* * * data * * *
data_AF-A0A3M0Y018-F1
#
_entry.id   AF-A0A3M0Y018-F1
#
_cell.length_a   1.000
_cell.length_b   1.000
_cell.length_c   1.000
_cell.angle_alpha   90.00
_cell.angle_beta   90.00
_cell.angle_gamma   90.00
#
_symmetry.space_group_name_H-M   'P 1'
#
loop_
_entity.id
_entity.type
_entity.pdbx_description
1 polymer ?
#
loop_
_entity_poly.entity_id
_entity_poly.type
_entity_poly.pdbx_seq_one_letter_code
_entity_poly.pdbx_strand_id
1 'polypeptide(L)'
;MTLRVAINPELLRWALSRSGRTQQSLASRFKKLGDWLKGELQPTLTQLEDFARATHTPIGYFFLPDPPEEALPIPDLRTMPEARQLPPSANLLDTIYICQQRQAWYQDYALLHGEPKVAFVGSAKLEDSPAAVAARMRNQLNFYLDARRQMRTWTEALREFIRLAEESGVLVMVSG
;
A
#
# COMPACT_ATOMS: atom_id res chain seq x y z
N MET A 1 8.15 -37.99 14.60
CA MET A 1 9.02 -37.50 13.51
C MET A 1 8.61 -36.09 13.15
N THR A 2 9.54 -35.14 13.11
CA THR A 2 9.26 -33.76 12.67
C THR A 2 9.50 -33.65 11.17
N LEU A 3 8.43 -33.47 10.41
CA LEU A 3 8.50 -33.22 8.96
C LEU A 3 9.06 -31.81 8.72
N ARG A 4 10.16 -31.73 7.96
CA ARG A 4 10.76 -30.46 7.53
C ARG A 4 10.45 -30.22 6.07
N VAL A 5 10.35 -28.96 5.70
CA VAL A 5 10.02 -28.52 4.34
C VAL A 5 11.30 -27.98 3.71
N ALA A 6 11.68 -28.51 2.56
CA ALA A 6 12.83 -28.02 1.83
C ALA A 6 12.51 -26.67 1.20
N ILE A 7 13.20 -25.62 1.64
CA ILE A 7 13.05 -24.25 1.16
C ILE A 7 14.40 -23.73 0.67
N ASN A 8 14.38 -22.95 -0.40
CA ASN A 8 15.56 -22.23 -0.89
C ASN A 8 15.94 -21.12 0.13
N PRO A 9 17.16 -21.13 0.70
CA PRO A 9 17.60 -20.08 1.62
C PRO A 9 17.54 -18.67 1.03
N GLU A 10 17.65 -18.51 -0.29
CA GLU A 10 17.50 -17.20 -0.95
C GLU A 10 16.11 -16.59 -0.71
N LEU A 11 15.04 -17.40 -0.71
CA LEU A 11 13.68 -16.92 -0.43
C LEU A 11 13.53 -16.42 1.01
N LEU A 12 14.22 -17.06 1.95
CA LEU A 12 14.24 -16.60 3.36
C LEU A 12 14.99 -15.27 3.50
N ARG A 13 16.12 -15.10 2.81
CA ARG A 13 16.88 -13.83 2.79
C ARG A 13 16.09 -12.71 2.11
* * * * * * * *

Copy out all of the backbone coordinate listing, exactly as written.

data_AF-A0A3M0Y018-F1
#
_entry.id   AF-A0A3M0Y018-F1
#
_cell.length_a   1.000
_cell.length_b   1.000
_cell.length_c   1.000
_cell.angle_alpha   90.00
_cell.angle_beta   90.00
_cell.angle_gamma   90.00
#
_symmetry.space_group_name_H-M   'P 1'
#
loop_
_entity.id
_entity.type
_entity.pdbx_description
1 polymer ?
#
loop_
_entity_poly.entity_id
_entity_poly.type
_entity_poly.pdbx_seq_one_letter_code
_entity_poly.pdbx_strand_id
1 'polypeptide(L)'
;MTLRVAINPELLRWALSRSGRTQQSLASRFKKLGDWLKGELQPTLTQLEDFARATHTPIGYFFLPDPPEEALPIPDLRTMPEARQLPPSANLLDTIYICQQRQAWYQDYALLHGEPKVAFVGSAKLEDSPAAVAARMRNQLNFYLDARRQMRTWTEALREFIRLAEESGVLVMVSG
;
A
#
# COMPACT_ATOMS: atom_id res chain seq x y z
N MET A 1 8.15 -37.99 14.60
CA MET A 1 9.02 -37.50 13.51
C MET A 1 8.61 -36.09 13.15
N THR A 2 9.54 -35.14 13.11
CA THR A 2 9.26 -33.76 12.67
C THR A 2 9.50 -33.65 11.17
N LEU A 3 8.43 -33.47 10.41
CA LEU A 3 8.50 -33.22 8.96
C LEU A 3 9.06 -31.81 8.72
N ARG A 4 10.16 -31.73 7.96
CA ARG A 4 10.76 -30.46 7.53
C ARG A 4 10.45 -30.22 6.07
N VAL A 5 10.35 -28.96 5.70
CA VAL A 5 10.02 -28.52 4.34
C VAL A 5 11.30 -27.98 3.71
N ALA A 6 11.68 -28.51 2.56
CA ALA A 6 12.83 -28.02 1.83
C ALA A 6 12.51 -26.67 1.20
N ILE A 7 13.20 -25.62 1.64
CA ILE A 7 13.05 -24.25 1.16
C ILE A 7 14.40 -23.73 0.67
N ASN A 8 14.38 -22.95 -0.40
CA ASN A 8 15.56 -22.23 -0.89
C ASN A 8 15.94 -21.12 0.13
N PRO A 9 17.16 -21.13 0.70
CA PRO A 9 17.60 -20.08 1.62
C PRO A 9 17.54 -18.67 1.03
N GLU A 10 17.65 -18.51 -0.29
CA GLU A 10 17.50 -17.20 -0.95
C GLU A 10 16.11 -16.59 -0.71
N LEU A 11 15.04 -17.40 -0.71
CA LEU A 11 13.68 -16.92 -0.43
C LEU A 11 13.53 -16.42 1.01
N LEU A 12 14.22 -17.06 1.95
CA LEU A 12 14.24 -16.60 3.36
C LEU A 12 14.99 -15.27 3.50
N ARG A 13 16.12 -15.10 2.81
CA ARG A 13 16.88 -13.83 2.79
C ARG A 13 16.09 -12.71 2.11